Working through Algebra 2, and have read that you can not take the log of a negative number such as $\log_2(-5)$. I've also done some equations involving complex solutions to quadratic equations (such as "$5i+3$", etc). I was wondering (mostly out of curiosity at this point) if, in more advanced mathematics, there is a way to take the log of a negative number using complex numbers without violating the laws of the universe (and, if so, how would this be done).

  • $\begingroup$ Ya surely there is very beautiful way $\endgroup$ Sep 3 '17 at 17:57
  • $\begingroup$ You can study about it Complex Logarithms and Branches you may find it interesting $\endgroup$ Sep 3 '17 at 17:58
  • $\begingroup$ math.stackexchange.com/questions/93051/… $\endgroup$ Sep 4 '17 at 1:35
  • $\begingroup$ Why did a moderator change the subject of my question from "Log of a negative number?" to a question asking why the log of a negative number is undefined? I wasn't asking why it's undefined; I was asking weather or not it could be defined by using some kind of imaginary-number jiu-jitsu... $\endgroup$ Sep 4 '17 at 13:54

Write the value $x = a + b i = r e^{i \theta}$, i.e. in polar form ($r = \sqrt{a^2+b^2}, \theta$ is the angle of the complex number $x$).

Then, you can define $\log(x) = \log r + i \theta$.

(*) $\theta$ is not uniquely specified; if you add or subtract any multiple of $2 \pi$, you still get a valid definition of logarithm.

You can check that this agrees with the regular logarithm by noting for positive numbers $r=a,\theta = 0$. For negative numbers, $r=-a, \theta = \pi$.

For a more detailed discussion, see this wikipedia article.

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    $\begingroup$ It's worth pointing out that for any choice of a branch (i.e., to simplify, the range in which you choose $\theta$), the function will not be continuous on the entire complex plane. $\endgroup$ Sep 3 '17 at 19:00
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    $\begingroup$ That is really about $\log_e(-a)= \log_e(a)+i(2k+1)\pi$ for integer $k$. For $\log_2(-a)$, you get $\log_2(a)+i(2k+1)\pi\log_2(e)$ $\endgroup$
    – Henry
    Sep 3 '17 at 22:09
  • $\begingroup$ @SashoNikolov - true. Algebra 2 indicates a high school junior-level though, so I don't expect them to have any reasonable notion of continuity. $\endgroup$
    – Batman
    Sep 3 '17 at 22:47
  • $\begingroup$ For negative numbers r=-a? Really? $\endgroup$
    – yngabl
    Sep 3 '17 at 23:45
  • $\begingroup$ Really. For example, if $x=-1$, $a=-1$ and $r=-a=1$. $\endgroup$
    – Batman
    Sep 3 '17 at 23:56

Yes, it is: $\log_2(-5)=\frac{\ln(-5)}{\ln(2)}=\frac{1}{\ln(2)}(\ln(5)+i\pi)=\log_2(5)+i\frac{\pi}{\ln(2)}$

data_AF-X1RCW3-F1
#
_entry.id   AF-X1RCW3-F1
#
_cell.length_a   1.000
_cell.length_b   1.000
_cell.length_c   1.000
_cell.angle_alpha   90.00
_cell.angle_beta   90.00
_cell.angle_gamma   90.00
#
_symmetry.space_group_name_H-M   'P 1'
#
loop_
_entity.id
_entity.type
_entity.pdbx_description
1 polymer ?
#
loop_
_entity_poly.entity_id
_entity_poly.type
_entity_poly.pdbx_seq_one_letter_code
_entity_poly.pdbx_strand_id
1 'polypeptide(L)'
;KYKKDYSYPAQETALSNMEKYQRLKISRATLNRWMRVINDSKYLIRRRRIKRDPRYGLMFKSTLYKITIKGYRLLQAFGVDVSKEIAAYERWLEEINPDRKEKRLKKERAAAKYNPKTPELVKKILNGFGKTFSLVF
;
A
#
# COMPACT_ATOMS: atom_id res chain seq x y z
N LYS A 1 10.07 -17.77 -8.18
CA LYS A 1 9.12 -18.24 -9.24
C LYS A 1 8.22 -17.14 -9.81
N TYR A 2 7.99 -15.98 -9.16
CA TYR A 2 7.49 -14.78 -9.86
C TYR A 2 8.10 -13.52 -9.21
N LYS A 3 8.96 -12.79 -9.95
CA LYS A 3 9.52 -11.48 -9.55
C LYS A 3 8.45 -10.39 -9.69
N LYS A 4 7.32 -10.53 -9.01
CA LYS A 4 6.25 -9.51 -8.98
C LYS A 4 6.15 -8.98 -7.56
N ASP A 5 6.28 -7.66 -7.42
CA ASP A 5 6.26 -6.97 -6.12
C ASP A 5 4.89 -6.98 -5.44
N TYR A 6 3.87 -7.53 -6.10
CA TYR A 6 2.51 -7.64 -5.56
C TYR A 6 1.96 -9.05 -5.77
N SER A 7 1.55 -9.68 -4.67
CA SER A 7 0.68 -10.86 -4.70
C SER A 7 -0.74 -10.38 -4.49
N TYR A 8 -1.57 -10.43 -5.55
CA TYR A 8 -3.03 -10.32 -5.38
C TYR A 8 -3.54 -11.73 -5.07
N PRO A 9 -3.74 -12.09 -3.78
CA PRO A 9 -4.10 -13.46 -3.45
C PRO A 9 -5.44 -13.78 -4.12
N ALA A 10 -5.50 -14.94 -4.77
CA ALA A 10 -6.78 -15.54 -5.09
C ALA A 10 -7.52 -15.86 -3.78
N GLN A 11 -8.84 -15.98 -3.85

In general: $$\operatorname{Log} z=\log|z|+i\operatorname{Arg}(z)$$ where $\operatorname{Arg}$ is the principal value of the argument of $z$. For reals $\operatorname{Arg}(x)=\begin{cases}0\text{ if }x\ge0\\\pi\text{ if }x<0\end{cases}$

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    $\begingroup$ But a complete answer must also address the fact that complex log is multivalued, and any particular choice of a branch is either a matter of convention or convenience (so to speak). $\endgroup$
    – zipirovich
    Sep 3 '17 at 18:04

Thanks everyone! A lot of the higher-level explanation (in both Wikipedia and the answers here) is going over my head (being as I'm only in Precalculus/Algebra2 at this point), but I think I've gotten a general idea of an answer from what people have posted (though someone should correct me if I'm wrong) and thought I would update people on my understanding at this point.

From what I've gathered, the solution involves something called "complex logarithms" which can have multiple answers. I looked up complex logarithms on YouTube and found this video (which I only partially understood): https://www.youtube.com/watch?v=fMo9TQIVbEo. I saw that the field of math that this falls under is called "complex analysis" (or at least I think it is).

With that information, I went to Google to find a calculator that can do complex analysis problems and typed my problem into it. With the understanding that there can be multiple answers to this kind of problem (and this only shows one of them) this was the result:



So, assuming this is all correct, would at least one answer be "$\log_a(-b) = \frac{\ln(b)+i\pi}{\ln(a)}$" ?


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